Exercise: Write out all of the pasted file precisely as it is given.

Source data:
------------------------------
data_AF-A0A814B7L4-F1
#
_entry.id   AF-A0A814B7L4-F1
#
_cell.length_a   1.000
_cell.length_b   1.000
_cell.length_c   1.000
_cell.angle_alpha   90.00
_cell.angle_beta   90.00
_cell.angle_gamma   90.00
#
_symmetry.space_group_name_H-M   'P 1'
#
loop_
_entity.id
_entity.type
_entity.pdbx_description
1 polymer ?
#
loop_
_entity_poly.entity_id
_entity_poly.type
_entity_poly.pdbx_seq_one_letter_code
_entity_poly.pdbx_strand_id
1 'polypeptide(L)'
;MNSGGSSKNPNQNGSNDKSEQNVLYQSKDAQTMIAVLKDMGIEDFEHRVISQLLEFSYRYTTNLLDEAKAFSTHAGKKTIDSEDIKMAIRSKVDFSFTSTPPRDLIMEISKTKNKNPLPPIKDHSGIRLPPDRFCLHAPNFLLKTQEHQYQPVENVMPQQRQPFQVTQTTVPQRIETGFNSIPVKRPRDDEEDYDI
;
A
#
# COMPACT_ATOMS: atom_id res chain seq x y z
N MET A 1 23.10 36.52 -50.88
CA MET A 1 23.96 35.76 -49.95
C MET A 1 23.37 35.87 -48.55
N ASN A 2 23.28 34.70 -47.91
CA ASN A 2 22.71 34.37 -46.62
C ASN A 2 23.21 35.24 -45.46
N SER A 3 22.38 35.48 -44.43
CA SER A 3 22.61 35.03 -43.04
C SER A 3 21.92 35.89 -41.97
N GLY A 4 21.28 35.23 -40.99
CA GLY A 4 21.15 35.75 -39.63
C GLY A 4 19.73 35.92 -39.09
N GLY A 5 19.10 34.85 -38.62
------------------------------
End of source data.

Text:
data_AF-A0A814B7L4-F1
#
_entry.id   AF-A0A814B7L4-F1
#
_cell.length_a   1.000
_cell.length_b   1.000
_cell.length_c   1.000
_cell.angle_alpha   90.00
_cell.angle_beta   90.00
_cell.angle_gamma   90.00
#
_symmetry.space_group_name_H-M   'P 1'
#
loop_
_entity.id
_entity.type
_entity.pdbx_description
1 polymer ?
#
loop_
_entity_poly.entity_id
_entity_poly.type
_entity_poly.pdbx_seq_one_letter_code
_entity_poly.pdbx_strand_id
1 'polypeptide(L)'
;MNSGGSSKNPNQNGSNDKSEQNVLYQSKDAQTMIAVLKDMGIEDFEHRVISQLLEFSYRYTTNLLDEAKAFSTHAGKKTIDSEDIKMAIRSKVDFSFTSTPPRDLIMEISKTKNKNPLPPIKDHSGIRLPPDRFCLHAPNFLLKTQEHQYQPVENVMPQQRQPFQVTQTTVPQRIETGFNSIPVKRPRDDEEDYDI
;
A
#
# COMPACT_ATOMS: atom_id res chain seq x y z
N MET A 1 23.10 36.52 -50.88
CA MET A 1 23.96 35.76 -49.95
C MET A 1 23.37 35.87 -48.55
N ASN A 2 23.28 34.70 -47.91
CA ASN A 2 22.71 34.37 -46.62
C ASN A 2 23.21 35.24 -45.46
N SER A 3 22.38 35.48 -44.43
CA SER A 3 22.61 35.03 -43.04
C SER A 3 21.92 35.89 -41.97
N GLY A 4 21.28 35.23 -40.99
CA GLY A 4 21.15 35.75 -39.63
C GLY A 4 19.73 35.92 -39.09
N GLY A 5 19.10 34.85 -38.62